Wednesday, December 08, 2021

SpaceX has 1st successful rocket launch since explosion last September

Washington, Jan 14 (EFE).- A Falcon 9 rocket of the SpaceX aerospace company had a successful liftoff from the launch pad at California’s Vandenberg Air Force Base, the company’s first launch since a similar unmanned rocket of the company exploded last September at Cape Canaveral in Florida.

A handout photo made available on 14 January 2017 by SpaceX showing a Falcon 9 rocket with 10 Iridium NEXT communication satelites on board lifting off at the Space Launch Complex 4E at Vandenberg Air Force Base, California, USA, 14 January 2017. A Falcon 9 rocket of the SpaceX aerospace company successfully lifted off from Vandenberg Air Force Base, the company’s first launch since a similar unmanned rocket of the company exploded in September 2016. EFE

The rocket, which forms part of a space project by the private company headed by the billionaire co-founder and CEO of Tesla Motors, Elon Musk, is on a mission to carry 10 commercial satellites into space for Iridium Communications, which plans to install up to 70 of them by early 2018.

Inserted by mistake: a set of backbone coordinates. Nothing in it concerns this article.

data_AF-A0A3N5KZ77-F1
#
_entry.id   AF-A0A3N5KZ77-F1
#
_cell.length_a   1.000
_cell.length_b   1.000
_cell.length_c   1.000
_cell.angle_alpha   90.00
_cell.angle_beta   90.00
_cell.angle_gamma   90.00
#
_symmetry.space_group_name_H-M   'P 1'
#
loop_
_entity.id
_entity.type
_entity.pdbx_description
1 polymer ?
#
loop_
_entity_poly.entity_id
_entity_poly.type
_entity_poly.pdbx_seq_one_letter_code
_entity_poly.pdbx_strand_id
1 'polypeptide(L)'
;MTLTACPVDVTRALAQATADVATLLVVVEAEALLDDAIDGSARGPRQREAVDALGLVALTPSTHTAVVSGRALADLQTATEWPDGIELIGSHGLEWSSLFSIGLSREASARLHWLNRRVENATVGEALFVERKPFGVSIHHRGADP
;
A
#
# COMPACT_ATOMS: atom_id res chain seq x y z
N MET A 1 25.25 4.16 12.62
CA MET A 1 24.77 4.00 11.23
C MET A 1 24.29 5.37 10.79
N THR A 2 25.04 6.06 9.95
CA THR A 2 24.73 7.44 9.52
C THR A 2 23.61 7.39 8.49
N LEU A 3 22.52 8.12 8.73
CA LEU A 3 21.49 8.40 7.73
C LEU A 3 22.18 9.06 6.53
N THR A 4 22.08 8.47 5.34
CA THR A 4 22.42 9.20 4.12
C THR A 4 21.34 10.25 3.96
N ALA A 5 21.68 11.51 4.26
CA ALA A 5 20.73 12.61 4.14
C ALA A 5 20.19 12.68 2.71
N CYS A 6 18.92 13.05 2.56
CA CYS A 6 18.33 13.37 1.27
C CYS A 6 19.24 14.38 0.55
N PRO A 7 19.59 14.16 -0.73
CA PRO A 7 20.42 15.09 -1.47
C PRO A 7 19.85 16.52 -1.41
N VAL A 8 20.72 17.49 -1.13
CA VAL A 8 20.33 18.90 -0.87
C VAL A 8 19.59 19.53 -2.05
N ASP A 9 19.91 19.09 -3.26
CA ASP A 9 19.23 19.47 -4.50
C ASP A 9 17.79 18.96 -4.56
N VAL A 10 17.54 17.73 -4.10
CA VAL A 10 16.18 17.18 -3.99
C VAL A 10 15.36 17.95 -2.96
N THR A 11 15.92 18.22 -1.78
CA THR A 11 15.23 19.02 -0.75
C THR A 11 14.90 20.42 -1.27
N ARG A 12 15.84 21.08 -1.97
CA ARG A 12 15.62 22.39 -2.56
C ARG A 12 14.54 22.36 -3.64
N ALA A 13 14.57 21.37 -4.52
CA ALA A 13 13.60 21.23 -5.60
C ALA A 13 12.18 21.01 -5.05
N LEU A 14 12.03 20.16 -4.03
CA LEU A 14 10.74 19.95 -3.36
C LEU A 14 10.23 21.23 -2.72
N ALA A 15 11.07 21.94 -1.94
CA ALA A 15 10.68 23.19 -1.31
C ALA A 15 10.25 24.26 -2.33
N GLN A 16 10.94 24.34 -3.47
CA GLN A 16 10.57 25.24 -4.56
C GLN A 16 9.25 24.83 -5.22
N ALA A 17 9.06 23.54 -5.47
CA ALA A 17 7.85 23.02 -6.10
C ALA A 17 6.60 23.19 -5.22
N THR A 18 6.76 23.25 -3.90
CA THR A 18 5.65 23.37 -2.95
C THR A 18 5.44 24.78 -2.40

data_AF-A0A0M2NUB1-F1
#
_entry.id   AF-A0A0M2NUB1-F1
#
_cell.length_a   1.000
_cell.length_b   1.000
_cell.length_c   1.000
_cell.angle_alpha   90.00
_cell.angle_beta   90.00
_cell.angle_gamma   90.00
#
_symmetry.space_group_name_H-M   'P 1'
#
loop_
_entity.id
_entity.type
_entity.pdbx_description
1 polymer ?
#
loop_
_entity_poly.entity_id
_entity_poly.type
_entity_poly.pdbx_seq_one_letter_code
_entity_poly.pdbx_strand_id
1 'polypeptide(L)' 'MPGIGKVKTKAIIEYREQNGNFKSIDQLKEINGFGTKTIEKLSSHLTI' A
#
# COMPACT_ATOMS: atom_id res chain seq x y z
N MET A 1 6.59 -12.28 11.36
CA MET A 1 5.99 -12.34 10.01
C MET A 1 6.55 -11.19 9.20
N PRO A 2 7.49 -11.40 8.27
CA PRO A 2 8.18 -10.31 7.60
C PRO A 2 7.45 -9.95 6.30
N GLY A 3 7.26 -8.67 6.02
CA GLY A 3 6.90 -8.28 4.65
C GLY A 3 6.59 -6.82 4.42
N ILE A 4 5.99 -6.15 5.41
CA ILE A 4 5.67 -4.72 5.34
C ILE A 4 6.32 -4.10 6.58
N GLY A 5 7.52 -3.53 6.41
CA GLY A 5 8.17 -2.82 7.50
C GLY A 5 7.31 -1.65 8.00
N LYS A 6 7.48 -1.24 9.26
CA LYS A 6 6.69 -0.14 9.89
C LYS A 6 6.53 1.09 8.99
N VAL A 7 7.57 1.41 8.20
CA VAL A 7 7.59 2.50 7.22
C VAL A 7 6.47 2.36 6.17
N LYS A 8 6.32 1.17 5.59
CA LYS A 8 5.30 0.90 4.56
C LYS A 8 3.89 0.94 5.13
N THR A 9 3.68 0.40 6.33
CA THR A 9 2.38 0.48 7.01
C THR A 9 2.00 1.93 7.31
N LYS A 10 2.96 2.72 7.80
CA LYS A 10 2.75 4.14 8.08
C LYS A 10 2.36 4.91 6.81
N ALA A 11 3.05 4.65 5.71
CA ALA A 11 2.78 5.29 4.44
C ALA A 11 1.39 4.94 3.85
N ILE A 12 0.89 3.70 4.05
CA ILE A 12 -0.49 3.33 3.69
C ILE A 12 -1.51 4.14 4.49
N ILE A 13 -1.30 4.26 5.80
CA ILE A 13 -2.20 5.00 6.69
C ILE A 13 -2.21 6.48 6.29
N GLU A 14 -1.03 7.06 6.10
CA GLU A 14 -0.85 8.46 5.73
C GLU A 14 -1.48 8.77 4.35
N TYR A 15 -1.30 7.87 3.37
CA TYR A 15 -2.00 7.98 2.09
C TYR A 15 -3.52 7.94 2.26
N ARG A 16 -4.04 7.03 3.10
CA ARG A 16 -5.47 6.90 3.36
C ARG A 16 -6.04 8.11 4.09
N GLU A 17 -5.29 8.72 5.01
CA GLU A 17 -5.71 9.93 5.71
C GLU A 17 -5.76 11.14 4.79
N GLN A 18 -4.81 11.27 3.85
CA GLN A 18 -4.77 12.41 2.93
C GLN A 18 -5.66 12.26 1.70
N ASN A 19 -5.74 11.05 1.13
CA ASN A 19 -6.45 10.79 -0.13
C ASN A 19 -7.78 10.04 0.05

The launch of the Falcon 9 was planned for last Monday, but flight plans were put on hold due to the intense wind and rain.
Liftoff finally came Saturday at 1754 GMT as planned.

The problem three months ago occurred on the launch pad, where a Falcon 9 rocket like the one launched this Saturday was supposed to put an Amos 6 communications satellite in orbit for the Israeli firm Spacecom.

The satellite was meant to provide communications services for an area covering from the coast of the United States to Europe, Africa and the Middle East, while stepping up the communications capacity of the Israeli government.

Amos 6 was also meant to be the first satellite to transmit the social network Facebook and was to form part of a campaign to bring the Internet from space to remote areas.

It wasn’t the first time a rocket of that kind suffered an explosion – in June 2015 one blew up shortly after liftoff.